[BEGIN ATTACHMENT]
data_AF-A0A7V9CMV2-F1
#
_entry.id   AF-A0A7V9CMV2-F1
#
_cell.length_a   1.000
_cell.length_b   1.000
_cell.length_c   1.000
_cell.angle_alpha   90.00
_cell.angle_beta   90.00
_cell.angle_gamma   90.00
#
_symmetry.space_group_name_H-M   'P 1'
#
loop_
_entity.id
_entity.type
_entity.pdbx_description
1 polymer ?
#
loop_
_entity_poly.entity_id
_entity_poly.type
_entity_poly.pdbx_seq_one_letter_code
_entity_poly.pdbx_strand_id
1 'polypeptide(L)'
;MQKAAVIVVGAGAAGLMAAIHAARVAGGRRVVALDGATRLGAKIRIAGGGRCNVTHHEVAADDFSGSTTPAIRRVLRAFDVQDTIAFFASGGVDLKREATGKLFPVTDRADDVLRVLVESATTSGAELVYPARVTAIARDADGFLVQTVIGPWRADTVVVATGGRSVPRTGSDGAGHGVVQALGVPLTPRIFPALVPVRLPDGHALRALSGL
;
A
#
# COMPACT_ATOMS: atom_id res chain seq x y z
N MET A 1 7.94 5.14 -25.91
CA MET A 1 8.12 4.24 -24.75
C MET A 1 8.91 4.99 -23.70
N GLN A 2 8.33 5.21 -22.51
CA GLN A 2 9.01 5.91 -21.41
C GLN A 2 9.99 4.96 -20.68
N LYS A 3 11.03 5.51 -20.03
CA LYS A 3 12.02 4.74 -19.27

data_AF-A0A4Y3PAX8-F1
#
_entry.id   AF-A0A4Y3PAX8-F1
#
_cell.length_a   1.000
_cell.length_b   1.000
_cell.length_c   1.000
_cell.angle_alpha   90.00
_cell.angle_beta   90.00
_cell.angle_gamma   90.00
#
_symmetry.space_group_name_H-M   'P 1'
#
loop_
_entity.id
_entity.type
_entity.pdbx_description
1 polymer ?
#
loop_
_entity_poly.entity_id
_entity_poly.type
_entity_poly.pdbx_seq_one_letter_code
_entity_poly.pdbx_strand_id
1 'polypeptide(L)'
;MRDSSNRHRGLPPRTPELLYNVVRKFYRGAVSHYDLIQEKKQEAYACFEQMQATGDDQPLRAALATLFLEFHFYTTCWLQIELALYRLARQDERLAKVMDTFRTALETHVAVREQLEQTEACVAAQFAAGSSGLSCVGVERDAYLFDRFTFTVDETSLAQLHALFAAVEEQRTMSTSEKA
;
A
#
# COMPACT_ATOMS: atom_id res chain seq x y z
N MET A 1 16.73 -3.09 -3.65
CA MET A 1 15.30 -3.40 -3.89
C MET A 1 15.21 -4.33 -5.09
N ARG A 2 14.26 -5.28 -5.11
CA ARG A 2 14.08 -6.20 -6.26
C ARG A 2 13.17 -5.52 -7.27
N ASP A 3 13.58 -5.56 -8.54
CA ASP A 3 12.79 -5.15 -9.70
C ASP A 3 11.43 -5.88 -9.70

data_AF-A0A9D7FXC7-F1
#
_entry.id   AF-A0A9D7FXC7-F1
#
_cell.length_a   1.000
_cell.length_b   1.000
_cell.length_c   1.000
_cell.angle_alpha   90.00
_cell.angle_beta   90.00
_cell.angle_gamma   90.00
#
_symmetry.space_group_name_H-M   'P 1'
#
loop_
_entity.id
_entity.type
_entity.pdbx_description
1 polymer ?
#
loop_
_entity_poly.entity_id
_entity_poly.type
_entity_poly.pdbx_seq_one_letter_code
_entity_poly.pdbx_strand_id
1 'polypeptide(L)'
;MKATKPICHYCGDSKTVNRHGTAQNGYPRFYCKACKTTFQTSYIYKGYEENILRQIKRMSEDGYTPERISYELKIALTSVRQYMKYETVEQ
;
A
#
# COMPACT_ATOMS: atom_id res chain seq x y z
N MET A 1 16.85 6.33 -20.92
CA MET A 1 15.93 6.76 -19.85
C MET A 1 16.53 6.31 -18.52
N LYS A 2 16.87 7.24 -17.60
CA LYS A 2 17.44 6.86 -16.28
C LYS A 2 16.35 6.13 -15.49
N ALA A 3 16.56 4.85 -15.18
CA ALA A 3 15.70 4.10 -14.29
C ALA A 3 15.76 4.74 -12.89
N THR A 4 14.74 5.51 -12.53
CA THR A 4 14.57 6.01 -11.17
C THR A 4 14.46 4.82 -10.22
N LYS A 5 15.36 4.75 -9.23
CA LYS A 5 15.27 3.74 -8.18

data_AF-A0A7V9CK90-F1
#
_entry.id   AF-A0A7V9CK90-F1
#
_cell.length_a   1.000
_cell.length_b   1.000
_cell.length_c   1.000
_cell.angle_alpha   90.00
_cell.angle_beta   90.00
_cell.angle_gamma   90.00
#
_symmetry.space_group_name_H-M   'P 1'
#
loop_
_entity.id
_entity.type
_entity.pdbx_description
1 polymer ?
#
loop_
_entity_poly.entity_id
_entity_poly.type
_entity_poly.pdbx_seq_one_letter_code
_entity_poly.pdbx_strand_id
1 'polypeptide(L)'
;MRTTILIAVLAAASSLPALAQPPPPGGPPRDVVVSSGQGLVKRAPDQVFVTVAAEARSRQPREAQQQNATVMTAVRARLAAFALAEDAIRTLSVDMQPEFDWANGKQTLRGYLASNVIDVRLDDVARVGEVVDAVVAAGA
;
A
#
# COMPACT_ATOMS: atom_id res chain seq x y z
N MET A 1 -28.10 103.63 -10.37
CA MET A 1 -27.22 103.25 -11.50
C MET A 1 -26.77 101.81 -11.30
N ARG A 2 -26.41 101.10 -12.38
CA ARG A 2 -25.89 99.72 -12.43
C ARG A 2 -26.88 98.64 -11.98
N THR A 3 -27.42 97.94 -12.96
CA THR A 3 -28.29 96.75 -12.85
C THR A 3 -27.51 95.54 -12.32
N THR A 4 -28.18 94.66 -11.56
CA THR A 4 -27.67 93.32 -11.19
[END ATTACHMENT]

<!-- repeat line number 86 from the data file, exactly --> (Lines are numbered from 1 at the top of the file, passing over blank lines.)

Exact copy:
_cell.angle_beta   90.00